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UK Safety Advocates Say Apple Watch Will Distract Drivers

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Apple Watch Sport

Apple Watch Sport

Wearing the new Apple Watch puts drivers at risk of accidents, says the United Kingdom’s Institute for Advanced Motorists (IAM), as Paul Eisenstein of The Detroit Bureau writes in an article appearing on MSN Autos. The Institute (the UK’s largest charity devoted to improving safety for drivers, bicyclists, and motorcyclists) says the Apple Watch “could significantly impair driving performance — being a major cause for distraction and road accidents,” Eisenstein writes.

The UK’s Department of Transport says that anyone using an Apple Watch while driving is subject to the same penalty as anyone using a handheld mobile phone: a £100 fine (about $163), and three license penalty points, IAM writes. If a driver wearing an Apple Watch causes a fatal car accident, he or she will be given a two-year prison term, IAM writes.

The Apple Watch, unofficially introduced this month at Apple’s autumn media event in Cupertino, Calif., sends and receives messages, calls, and audio recordings; plays music like an iPod; tracks fitness; and is a portal to other apps, writes CNET. The website adds that the Apple Watch, which will sell for a starting price of $349 starting early next year, is “the first mainstream wearable” that supports mobile payments, and will make it possible for wearers to swipe to pay at stores and perhaps pay for things online as well. Because the watch is designed to be connected to an iPhone, some people might wonder why they need it, CNET writes, if it is simply a “redundant gadget.”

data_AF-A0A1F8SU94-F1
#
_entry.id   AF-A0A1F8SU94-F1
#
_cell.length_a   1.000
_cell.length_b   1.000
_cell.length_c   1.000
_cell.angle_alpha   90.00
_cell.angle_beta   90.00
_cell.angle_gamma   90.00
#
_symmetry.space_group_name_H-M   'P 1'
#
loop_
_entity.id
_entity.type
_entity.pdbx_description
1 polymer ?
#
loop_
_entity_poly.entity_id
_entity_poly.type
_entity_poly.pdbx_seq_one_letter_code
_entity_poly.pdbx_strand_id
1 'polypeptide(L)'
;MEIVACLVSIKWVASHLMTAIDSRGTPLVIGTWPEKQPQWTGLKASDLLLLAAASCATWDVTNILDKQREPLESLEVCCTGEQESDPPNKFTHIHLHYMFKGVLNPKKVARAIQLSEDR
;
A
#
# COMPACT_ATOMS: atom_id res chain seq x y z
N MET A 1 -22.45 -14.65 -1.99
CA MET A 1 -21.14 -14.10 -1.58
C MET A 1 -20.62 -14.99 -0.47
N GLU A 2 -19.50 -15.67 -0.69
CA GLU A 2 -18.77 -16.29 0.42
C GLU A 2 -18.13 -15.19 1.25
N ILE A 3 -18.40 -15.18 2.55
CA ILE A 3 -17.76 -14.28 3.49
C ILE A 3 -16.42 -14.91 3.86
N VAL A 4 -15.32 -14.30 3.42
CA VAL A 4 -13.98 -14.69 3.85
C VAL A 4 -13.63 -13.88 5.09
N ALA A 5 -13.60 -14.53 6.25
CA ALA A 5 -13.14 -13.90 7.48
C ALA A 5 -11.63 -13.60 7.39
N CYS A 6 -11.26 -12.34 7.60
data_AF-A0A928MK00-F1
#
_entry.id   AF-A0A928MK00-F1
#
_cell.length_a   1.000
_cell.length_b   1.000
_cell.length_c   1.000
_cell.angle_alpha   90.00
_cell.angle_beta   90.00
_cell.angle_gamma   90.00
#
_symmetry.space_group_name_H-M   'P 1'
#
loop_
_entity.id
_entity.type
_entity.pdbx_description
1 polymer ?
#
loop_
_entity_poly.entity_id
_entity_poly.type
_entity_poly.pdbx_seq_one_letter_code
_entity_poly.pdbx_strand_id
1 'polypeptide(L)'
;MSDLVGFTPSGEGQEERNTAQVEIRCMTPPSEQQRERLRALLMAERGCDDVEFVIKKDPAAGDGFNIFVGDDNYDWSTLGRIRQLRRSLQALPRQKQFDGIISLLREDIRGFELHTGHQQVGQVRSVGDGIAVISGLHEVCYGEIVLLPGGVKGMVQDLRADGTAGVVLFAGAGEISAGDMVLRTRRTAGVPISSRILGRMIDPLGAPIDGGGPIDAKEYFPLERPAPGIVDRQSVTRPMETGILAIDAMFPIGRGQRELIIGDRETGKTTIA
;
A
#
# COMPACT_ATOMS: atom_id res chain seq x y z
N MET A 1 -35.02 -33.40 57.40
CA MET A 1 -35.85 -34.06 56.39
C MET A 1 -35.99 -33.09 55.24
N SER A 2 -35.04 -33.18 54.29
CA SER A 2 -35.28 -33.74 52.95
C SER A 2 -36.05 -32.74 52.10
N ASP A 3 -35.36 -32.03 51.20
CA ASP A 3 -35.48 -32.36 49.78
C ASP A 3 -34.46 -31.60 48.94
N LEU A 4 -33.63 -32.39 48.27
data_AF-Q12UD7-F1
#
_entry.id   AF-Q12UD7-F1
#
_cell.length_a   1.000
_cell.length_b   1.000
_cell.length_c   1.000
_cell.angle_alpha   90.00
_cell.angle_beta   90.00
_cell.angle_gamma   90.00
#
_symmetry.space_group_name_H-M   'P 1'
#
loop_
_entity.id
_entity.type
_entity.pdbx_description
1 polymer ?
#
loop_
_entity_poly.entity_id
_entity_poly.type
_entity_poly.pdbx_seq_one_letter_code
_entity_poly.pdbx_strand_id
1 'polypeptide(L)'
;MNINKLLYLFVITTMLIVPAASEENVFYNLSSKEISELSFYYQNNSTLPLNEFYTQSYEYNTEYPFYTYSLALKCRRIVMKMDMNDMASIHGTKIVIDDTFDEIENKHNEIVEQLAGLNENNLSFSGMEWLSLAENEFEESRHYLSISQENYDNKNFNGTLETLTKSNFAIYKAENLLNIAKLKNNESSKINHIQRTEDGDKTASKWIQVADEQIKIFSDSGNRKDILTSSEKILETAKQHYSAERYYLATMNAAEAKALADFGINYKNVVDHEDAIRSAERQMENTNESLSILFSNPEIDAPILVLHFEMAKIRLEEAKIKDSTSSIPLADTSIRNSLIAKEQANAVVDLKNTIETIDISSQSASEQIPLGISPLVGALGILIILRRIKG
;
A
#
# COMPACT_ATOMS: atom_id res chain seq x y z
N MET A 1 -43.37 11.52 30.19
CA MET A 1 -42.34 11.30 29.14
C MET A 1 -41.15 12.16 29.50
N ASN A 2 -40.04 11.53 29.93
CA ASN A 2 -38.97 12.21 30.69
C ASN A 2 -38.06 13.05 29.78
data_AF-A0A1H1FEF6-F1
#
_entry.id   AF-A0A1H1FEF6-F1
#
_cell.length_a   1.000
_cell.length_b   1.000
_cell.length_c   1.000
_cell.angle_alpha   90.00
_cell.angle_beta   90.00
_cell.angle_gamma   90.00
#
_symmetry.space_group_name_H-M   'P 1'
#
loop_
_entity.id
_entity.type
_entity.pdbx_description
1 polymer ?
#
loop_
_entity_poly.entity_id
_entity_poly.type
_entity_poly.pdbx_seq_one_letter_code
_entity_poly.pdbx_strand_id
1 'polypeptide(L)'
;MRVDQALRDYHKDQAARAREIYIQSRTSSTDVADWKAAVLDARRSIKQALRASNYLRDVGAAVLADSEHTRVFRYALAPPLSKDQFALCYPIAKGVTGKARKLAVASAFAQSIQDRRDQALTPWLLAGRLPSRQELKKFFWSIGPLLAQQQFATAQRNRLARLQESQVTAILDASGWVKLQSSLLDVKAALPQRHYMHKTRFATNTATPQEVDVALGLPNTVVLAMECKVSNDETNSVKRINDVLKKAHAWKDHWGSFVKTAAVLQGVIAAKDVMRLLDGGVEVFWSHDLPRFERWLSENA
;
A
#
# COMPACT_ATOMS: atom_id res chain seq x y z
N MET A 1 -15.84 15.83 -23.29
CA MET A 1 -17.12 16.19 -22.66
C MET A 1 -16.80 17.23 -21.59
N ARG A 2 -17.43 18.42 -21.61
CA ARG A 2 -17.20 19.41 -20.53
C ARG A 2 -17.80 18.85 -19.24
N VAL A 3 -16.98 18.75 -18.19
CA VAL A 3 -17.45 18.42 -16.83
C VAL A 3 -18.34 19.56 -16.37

In a press release, IAM writes:

Constant alerts will require motorists’ regular attention. As opposed to using a legal hands-free piece of equipment the iWatch will require drivers to use two hands to operate the device – impacting speed, lane position and time spent looking at the road.

Neil Greig, IAM Director of Policy and Research said: ‘An iWatch has the potential to be just as distracting as any other smartphone device. Indeed more so if you have to take your hand off the wheel and your eyes off the road to interact with it.’

The Institute cites a study finding that distracted driving has been blamed for 54,000 crashes in Britain between 2010 and 2012, Eisenstein writes. He reports that U.S. regulators have not made any statements about the Apple Watch yet. There have been many campaigns in the U.S. to prevent distracted driving, which is believed to cause one out of every 11 crashes in the U.S., Eisenstein notes. He spoke with Russ Rader, a senior vice president at the Insurance Institute for Highway Safety, who said IIHS is concerned about potential accidents that an Apple Watch could cause. However, Rader said that focusing on one item “misses the point,” and that safety advocates and regulators should address the broader issue of distracted driving.

A commenter named jamesrush posted the following comment to an article on the UK penalty by Zachary Spiro and Gregory Walton in The Telegraph:

In an environment where it’s clear that large numbers of people seem incapable of functioning without constant connection to one of these idiot boxes and appear to suffer from a psychotic need to be in contact with anyone and everyone 24 hours a day, the solution will be – paradoxically – provided by technology.

Tamper-proof ‘Cell-phone Jammers’ will have to [be] fitted to every vehicle (and their functioning will need to be part of the MOT), designed so the offending device can only be used when the car or truck is stationary.

In the meantime, fines should be increased significantly, with an automatic three year ban.

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